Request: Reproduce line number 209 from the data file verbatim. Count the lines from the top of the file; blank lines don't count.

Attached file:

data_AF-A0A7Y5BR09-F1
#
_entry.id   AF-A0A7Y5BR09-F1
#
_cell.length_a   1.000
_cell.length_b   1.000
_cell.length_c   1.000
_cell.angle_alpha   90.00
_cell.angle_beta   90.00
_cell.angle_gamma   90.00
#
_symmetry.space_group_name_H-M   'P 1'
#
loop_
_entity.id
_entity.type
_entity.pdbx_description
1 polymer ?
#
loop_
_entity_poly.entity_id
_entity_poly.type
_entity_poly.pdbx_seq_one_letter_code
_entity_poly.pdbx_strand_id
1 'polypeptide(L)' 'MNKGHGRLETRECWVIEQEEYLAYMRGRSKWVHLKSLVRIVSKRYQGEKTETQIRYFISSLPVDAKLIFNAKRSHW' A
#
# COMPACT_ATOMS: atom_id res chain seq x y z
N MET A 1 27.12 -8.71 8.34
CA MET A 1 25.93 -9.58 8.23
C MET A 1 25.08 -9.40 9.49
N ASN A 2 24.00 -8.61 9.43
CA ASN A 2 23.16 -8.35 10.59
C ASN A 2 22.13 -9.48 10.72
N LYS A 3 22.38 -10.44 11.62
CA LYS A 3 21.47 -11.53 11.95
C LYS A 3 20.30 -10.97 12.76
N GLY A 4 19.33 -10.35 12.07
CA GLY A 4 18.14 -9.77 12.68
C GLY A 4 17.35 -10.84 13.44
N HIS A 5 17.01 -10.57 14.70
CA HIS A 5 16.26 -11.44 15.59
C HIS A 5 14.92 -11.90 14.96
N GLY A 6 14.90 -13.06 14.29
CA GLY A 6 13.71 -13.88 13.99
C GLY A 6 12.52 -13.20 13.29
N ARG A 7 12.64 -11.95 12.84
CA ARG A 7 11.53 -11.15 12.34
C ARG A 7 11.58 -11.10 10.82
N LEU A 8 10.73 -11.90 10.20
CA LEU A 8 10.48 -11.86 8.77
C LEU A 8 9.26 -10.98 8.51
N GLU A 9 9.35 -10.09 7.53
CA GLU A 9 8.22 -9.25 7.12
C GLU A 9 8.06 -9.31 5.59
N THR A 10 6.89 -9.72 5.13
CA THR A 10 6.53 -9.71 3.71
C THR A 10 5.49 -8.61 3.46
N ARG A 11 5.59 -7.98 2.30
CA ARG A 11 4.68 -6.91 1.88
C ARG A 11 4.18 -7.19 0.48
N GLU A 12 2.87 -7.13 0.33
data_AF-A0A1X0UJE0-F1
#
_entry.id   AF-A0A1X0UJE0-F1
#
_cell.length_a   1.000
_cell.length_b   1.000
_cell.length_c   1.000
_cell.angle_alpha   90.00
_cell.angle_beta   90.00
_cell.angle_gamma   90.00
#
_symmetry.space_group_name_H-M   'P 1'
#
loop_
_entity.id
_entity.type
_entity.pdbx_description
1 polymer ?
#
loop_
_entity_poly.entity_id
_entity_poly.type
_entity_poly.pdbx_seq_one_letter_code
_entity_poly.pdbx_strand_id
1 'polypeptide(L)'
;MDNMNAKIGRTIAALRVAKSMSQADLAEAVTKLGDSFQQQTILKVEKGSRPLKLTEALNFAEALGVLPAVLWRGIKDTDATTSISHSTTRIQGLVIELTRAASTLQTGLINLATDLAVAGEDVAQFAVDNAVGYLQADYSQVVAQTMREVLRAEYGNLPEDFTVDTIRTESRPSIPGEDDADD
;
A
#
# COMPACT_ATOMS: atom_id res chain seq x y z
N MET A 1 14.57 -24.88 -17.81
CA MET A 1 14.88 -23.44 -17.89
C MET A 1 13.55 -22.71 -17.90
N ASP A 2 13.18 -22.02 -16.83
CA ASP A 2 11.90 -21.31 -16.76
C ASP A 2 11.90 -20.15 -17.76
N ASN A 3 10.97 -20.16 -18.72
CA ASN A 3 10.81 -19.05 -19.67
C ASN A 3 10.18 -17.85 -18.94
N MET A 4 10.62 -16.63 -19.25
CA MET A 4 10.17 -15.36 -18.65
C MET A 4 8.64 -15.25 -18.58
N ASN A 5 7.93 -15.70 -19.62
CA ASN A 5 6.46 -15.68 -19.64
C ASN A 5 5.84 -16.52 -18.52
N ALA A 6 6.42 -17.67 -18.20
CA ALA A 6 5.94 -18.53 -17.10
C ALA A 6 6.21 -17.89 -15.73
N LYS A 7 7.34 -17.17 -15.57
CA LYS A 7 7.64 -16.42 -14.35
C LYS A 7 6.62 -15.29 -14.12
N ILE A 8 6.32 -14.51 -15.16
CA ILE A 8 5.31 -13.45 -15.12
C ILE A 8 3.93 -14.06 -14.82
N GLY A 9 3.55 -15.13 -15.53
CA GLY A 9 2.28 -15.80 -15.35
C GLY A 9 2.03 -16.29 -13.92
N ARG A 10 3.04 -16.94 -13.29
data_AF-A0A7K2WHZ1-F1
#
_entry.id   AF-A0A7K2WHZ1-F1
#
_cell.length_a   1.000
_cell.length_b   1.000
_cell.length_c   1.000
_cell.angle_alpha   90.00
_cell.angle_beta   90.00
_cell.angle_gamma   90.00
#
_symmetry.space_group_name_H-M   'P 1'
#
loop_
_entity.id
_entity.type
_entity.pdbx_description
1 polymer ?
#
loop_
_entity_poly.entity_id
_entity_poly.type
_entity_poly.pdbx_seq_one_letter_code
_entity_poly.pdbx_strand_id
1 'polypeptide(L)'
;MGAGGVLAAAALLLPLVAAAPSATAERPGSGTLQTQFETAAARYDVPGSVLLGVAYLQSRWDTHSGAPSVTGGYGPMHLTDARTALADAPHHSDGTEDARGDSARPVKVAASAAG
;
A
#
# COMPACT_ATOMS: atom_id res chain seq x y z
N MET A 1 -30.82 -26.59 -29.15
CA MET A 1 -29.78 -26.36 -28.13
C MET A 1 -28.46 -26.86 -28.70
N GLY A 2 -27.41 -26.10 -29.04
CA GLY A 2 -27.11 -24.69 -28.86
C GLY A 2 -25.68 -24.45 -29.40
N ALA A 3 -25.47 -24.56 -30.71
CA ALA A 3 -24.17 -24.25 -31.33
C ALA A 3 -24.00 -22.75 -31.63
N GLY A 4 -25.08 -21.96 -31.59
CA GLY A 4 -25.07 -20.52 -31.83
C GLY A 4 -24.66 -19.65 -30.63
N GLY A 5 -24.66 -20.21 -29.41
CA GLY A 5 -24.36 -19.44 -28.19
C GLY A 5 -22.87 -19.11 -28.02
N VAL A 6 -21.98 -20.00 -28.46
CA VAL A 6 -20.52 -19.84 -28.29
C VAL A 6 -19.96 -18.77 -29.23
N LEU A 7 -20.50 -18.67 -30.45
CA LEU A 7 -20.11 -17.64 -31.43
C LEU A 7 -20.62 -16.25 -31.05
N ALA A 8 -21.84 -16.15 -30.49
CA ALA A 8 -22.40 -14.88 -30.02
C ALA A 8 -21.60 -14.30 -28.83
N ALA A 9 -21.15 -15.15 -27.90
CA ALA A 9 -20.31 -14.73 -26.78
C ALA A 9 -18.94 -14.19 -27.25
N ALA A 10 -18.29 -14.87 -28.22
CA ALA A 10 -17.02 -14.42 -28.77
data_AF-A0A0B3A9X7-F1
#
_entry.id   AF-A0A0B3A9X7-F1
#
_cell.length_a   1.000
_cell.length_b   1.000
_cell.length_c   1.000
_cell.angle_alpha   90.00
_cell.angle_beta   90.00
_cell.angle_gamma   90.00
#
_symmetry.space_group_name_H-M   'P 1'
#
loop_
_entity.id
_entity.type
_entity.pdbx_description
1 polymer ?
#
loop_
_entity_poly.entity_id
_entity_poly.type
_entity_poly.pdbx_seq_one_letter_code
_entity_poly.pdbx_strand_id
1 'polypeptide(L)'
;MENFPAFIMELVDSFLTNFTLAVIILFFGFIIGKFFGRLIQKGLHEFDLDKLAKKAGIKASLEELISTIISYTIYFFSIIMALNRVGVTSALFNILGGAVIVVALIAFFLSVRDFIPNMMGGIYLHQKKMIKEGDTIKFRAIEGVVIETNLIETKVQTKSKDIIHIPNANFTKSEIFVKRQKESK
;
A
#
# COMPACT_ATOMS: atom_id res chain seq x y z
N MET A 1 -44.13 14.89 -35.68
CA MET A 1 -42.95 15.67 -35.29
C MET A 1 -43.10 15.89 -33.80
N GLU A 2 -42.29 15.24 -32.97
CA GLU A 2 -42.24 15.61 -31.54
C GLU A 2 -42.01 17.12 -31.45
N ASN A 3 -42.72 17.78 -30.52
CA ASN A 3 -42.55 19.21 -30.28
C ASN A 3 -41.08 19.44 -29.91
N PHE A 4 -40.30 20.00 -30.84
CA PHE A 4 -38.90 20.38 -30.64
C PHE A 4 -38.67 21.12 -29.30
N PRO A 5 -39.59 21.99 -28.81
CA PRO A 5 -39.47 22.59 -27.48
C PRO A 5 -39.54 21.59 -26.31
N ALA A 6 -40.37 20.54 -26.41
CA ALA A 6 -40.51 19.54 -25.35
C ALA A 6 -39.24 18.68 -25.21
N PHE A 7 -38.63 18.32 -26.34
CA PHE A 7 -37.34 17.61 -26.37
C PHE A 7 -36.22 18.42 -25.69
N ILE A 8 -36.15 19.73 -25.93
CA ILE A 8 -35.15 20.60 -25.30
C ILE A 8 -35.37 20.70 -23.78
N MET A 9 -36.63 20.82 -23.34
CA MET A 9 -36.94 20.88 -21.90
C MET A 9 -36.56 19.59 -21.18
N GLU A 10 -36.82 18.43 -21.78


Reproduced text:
N MET A 1 -44.13 14.89 -35.68